Blues rock eventually arose as a distinctly recognizable genre during the mid-to-late 1960s. Blues rock was initially not named as such, or widely recognized as a distinct movement within rock, until the advent of such British bands as Free, Savoy Brown and the earliest incarnations of Fleetwood Mac. The musicians in those bands had honed their skills in a handful of British blues bands, primarily those of John Mayall and Alexis Korner.[16] At that point, Mack's earlier recordings were rediscovered and he soon came to be regarded as a blues rock pioneer. Other American performers, such as Johnny Winter, Paul Butterfield and the group Canned Heat are now also considered blues rock pioneers.

File:Eric "slowhand" Clapton.jpg

Eric Clapton in Barcelona, 1974

The blues rock genre was defined when John Mayall released the album Blues Breakers with Eric Clapton in 1966, which included guitarist Eric Clapton.[17] Blues rock was a kind of rhythm'n'blues played by British musicians.[18] Cream created a hybrid of blues with jazz experimentation which was the most innovative to date.[19] British band Fleetwood Mac had initially blues roots inspired by Mayall and then evolved:[20] their guitarist Peter Green brought many innovations to their music.[21] Their music became successful in "white America"[22] thanks in part to the operatic overtones in the vocals that captivated the audience.[23]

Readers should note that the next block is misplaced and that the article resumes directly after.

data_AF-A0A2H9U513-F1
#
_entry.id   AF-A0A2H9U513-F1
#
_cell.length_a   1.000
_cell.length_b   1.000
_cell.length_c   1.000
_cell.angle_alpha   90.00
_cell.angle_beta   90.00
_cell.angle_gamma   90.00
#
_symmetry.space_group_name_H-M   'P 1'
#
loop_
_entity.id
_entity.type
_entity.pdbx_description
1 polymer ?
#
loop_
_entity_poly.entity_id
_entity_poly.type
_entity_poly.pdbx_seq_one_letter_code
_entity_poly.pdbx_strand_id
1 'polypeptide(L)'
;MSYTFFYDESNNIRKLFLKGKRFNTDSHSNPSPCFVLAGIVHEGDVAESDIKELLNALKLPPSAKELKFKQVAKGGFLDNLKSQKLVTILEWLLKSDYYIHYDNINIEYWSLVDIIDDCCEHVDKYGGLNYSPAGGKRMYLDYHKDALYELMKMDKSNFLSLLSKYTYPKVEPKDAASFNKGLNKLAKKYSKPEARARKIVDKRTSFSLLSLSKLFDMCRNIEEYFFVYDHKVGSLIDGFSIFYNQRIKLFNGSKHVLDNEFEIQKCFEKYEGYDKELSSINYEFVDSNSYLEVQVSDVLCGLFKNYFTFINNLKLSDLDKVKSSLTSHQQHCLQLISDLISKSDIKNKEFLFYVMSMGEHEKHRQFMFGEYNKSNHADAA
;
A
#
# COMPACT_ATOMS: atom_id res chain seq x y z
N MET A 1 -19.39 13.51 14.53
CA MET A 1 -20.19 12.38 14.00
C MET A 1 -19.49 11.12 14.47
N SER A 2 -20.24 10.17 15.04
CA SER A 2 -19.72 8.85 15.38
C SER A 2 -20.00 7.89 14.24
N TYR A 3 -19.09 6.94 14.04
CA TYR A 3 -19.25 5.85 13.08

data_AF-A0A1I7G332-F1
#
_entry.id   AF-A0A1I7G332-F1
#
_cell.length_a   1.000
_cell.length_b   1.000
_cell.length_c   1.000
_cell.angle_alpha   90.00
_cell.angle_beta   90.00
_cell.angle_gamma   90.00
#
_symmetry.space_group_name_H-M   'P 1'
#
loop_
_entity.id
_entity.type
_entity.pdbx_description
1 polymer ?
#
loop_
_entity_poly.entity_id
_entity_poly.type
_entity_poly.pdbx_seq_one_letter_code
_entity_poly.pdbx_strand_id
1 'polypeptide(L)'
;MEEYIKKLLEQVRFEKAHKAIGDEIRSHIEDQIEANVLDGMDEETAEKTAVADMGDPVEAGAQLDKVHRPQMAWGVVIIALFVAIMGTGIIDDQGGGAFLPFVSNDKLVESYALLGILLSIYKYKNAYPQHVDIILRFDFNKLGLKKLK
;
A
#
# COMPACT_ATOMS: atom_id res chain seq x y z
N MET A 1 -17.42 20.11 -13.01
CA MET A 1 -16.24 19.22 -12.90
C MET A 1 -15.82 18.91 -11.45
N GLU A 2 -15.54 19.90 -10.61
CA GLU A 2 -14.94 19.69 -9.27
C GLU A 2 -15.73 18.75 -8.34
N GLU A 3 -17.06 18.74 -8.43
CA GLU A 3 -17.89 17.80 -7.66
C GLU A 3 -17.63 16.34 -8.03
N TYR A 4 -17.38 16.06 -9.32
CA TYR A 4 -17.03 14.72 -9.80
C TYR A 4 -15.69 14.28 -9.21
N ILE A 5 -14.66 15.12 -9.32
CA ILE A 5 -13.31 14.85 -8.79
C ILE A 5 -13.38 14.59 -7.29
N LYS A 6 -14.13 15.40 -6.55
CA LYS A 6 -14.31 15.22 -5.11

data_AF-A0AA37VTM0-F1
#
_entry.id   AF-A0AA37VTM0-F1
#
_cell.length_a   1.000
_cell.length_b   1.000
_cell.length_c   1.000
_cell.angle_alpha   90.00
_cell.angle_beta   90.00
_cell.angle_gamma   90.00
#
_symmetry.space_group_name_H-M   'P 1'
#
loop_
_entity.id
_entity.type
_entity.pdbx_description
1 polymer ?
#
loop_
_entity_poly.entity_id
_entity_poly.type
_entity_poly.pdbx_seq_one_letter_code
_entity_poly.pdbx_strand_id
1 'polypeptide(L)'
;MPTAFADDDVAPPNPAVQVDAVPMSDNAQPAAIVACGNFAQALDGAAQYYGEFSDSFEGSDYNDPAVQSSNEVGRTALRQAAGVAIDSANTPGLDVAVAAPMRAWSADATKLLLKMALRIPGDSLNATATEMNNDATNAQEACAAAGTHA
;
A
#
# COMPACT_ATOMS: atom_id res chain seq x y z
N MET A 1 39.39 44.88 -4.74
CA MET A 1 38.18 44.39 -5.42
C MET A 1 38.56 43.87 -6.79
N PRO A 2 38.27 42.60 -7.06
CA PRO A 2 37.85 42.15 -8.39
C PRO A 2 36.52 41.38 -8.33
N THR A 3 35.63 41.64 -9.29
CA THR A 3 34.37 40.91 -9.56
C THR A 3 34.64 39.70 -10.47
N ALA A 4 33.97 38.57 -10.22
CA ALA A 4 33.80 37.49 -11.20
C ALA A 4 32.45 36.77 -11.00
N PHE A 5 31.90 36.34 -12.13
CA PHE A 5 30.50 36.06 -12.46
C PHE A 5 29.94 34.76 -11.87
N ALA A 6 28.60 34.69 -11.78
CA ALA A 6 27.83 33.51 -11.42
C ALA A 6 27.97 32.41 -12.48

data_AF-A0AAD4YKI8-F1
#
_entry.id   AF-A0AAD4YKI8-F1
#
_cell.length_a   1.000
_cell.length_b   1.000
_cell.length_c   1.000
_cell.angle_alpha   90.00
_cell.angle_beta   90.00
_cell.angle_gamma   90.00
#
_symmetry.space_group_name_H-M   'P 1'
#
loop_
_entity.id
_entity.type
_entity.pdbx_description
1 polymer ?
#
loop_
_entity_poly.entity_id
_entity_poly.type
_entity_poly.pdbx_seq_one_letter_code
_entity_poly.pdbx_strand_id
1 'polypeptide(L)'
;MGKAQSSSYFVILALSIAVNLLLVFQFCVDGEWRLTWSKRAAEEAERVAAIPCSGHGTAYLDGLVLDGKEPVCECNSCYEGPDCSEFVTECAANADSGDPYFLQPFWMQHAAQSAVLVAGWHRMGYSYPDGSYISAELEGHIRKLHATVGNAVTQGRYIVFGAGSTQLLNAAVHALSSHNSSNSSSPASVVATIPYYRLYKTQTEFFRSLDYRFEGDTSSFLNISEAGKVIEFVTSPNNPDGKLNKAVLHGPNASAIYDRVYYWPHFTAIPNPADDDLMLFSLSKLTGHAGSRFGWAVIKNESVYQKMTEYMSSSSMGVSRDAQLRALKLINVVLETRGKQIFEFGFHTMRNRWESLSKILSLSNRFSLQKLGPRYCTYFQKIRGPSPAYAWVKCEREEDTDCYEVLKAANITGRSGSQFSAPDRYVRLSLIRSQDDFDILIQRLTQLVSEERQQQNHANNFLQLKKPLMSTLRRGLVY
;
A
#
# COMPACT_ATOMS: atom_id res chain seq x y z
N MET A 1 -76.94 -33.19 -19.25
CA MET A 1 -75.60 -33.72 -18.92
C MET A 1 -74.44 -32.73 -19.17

The electric guitar playing of Jimi Hendrix (a veteran of many American rhythm and blues and soul groups from the early-mid-1960s) and his power trios, The Jimi Hendrix Experience and Band of Gypsys, has had broad and lasting influence on the development of blues rock, especially for guitarists.[16] Eric Clapton was another guitarist with a lasting influence on the genre; his work in the 1960s and 1970s with John Mayall and the Bluesbreakers, The Yardbirds, supergroups Blind Faith, Cream and Derek and the Dominos, and an extensive solo career has been seminal in bringing blues rock into the mainstream.[16] By this time, American acts such as The Doors and Janis Joplin further introduced mainstream audiences to the genre. David Gilmour of Pink Floyd is known for incorporating a mixture of Blues rock, Progressive rock and Psychedelic rock into his guitar work. Gilmour, who has received universal acclaim (from both critics and fans alike) for his guitar work, has described Hendrix as a huge inspiration for his style of playing.

In the late 1960s, Jeff Beck, a former member of The Yardbirds, revolutionized blues rock into a form of heavy rock, taking the UK and the US by storm with his band, The Jeff Beck Group.[16] Jimmy Page, a third alumnus of The Yardbirds, went out to form The New Yardbirds which would soon become known as Led Zeppelin and would become a major force in the 1970s heavy metal scene.[16] The Who during their early run was a blues rock standard group, with their posters for their performances including their catch phrase "Maximum R&B". During this period the band covered songs from Bo Diddley, Sonny Boy Williamson, and Mose Allison. The Australian band AC/DC were also influenced by blues rock. Other blues rock musicians influential on the scene in the 1970s included Dr. Feelgood, Rory Gallagher and Robin Trower.

Beginning in the early 1970s, American bands such as Aerosmith fused blues with a hard rock edge. Blues rock grew to include Southern rock bands, like the Allman Brothers Band, ZZ Top and Lynyrd Skynyrd, while the British scene, except for the advent of groups such as Status Quo and Foghat, became focused on heavy metal innovation.[24]